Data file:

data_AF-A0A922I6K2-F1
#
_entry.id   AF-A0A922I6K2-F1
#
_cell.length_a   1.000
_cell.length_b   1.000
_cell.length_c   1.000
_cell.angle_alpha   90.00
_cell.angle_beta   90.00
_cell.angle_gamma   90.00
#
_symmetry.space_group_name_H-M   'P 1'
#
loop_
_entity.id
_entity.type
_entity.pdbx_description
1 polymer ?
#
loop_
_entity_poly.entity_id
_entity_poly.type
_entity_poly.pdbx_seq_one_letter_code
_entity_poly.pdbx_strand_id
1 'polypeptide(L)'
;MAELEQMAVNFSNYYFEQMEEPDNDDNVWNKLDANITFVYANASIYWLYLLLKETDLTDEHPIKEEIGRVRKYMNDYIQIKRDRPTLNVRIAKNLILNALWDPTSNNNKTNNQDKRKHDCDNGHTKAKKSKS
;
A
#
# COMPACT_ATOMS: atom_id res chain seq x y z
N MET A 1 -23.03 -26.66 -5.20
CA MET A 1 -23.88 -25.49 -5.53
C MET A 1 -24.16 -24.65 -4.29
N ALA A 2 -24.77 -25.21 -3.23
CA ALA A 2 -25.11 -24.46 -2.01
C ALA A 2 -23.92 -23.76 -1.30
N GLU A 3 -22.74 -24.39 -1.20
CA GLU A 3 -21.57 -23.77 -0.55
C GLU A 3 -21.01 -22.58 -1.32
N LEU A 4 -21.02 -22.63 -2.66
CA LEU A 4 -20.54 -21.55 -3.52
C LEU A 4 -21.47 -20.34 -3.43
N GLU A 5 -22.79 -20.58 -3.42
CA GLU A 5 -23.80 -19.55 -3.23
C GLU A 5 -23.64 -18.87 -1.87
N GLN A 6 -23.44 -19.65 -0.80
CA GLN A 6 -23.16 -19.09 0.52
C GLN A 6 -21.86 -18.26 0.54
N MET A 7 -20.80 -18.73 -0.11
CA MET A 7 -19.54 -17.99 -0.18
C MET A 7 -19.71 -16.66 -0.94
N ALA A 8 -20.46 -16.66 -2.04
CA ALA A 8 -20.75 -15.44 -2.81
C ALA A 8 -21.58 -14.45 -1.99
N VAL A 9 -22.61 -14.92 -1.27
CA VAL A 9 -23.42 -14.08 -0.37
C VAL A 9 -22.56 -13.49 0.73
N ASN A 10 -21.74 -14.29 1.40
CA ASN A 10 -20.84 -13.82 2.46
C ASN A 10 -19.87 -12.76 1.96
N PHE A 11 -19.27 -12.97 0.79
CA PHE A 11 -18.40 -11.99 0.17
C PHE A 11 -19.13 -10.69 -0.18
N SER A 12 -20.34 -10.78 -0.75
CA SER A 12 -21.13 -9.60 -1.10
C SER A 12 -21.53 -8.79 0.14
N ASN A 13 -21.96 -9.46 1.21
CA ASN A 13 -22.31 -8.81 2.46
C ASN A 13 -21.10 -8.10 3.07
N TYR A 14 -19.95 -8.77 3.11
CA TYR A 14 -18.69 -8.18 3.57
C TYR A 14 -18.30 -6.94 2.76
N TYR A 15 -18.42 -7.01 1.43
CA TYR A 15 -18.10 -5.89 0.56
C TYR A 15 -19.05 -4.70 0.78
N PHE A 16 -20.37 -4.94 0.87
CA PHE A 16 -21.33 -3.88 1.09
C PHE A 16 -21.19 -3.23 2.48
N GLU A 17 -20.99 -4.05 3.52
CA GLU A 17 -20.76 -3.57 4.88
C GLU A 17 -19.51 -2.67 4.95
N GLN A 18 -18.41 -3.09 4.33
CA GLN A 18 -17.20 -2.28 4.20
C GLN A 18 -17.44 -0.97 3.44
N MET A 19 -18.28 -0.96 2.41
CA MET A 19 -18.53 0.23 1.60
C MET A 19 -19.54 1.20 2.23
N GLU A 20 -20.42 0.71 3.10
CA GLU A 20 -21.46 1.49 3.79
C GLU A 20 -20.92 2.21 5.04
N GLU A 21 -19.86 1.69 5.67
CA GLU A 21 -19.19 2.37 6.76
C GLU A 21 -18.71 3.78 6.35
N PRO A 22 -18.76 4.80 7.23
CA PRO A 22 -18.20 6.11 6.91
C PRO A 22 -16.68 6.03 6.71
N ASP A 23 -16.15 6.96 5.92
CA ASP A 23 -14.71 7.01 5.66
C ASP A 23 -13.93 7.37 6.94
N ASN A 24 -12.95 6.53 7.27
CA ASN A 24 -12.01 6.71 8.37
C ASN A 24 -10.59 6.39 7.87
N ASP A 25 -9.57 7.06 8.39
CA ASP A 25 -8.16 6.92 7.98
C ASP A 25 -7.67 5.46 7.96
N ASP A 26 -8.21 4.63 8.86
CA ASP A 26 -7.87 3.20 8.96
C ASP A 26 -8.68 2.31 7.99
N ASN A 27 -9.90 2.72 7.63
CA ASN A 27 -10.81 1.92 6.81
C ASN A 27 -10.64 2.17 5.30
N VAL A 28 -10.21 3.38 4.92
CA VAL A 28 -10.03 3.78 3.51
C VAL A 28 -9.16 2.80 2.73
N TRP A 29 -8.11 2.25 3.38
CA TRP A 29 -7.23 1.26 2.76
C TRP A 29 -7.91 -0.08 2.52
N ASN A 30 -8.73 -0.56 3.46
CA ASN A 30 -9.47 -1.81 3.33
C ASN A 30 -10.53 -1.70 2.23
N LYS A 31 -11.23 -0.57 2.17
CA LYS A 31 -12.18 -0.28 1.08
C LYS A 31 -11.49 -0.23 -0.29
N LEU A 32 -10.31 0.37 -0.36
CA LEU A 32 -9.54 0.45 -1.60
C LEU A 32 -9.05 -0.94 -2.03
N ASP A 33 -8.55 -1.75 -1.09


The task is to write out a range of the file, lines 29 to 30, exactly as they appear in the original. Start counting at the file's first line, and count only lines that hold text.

#
# COMPACT_ATOMS: atom_id res chain seq x y z